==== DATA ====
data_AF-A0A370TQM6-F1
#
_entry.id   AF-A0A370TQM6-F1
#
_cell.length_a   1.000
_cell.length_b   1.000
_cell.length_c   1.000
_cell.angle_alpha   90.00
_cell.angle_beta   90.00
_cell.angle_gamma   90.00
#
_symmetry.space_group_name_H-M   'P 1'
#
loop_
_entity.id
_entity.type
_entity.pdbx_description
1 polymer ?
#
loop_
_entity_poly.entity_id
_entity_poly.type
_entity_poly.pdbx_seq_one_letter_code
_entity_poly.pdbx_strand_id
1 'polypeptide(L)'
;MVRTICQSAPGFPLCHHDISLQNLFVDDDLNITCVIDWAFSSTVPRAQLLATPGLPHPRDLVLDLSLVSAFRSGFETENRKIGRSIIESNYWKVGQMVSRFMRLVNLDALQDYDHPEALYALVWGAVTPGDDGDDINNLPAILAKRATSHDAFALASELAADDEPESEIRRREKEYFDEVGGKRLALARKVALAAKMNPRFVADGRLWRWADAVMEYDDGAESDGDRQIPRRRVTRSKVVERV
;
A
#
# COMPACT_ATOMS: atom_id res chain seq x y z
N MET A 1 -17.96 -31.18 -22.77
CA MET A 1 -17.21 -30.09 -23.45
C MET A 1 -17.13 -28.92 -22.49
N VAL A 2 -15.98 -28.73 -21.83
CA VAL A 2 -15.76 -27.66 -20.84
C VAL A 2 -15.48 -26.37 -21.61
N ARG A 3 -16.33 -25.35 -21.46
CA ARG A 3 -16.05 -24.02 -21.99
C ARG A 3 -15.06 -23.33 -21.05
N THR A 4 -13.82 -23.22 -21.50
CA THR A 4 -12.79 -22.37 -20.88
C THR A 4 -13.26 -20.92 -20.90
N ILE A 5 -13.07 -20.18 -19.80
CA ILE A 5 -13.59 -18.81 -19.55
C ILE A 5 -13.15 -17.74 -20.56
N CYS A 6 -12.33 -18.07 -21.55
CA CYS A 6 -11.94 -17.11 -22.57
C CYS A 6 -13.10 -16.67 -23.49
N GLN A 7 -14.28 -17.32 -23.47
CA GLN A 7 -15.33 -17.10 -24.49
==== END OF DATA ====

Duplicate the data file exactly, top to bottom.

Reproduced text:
data_AF-A0A370TQM6-F1
#
_entry.id   AF-A0A370TQM6-F1
#
_cell.length_a   1.000
_cell.length_b   1.000
_cell.length_c   1.000
_cell.angle_alpha   90.00
_cell.angle_beta   90.00
_cell.angle_gamma   90.00
#
_symmetry.space_group_name_H-M   'P 1'
#
loop_
_entity.id
_entity.type
_entity.pdbx_description
1 polymer ?
#
loop_
_entity_poly.entity_id
_entity_poly.type
_entity_poly.pdbx_seq_one_letter_code
_entity_poly.pdbx_strand_id
1 'polypeptide(L)'
;MVRTICQSAPGFPLCHHDISLQNLFVDDDLNITCVIDWAFSSTVPRAQLLATPGLPHPRDLVLDLSLVSAFRSGFETENRKIGRSIIESNYWKVGQMVSRFMRLVNLDALQDYDHPEALYALVWGAVTPGDDGDDINNLPAILAKRATSHDAFALASELAADDEPESEIRRREKEYFDEVGGKRLALARKVALAAKMNPRFVADGRLWRWADAVMEYDDGAESDGDRQIPRRRVTRSKVVERV
;
A
#
# COMPACT_ATOMS: atom_id res chain seq x y z
N MET A 1 -17.96 -31.18 -22.77
CA MET A 1 -17.21 -30.09 -23.45
C MET A 1 -17.13 -28.92 -22.49
N VAL A 2 -15.98 -28.73 -21.83
CA VAL A 2 -15.76 -27.66 -20.84
C VAL A 2 -15.48 -26.37 -21.61
N ARG A 3 -16.33 -25.35 -21.46
CA ARG A 3 -16.05 -24.02 -21.99
C ARG A 3 -15.06 -23.33 -21.05
N THR A 4 -13.82 -23.22 -21.50
CA THR A 4 -12.79 -22.37 -20.88
C THR A 4 -13.26 -20.92 -20.90
N ILE A 5 -13.07 -20.18 -19.80
CA ILE A 5 -13.59 -18.81 -19.55
C ILE A 5 -13.15 -17.74 -20.56
N CYS A 6 -12.33 -18.07 -21.55
CA CYS A 6 -11.94 -17.11 -22.57
C CYS A 6 -13.10 -16.67 -23.49
N GLN A 7 -14.28 -17.32 -23.47
CA GLN A 7 -15.33 -17.10 -24.49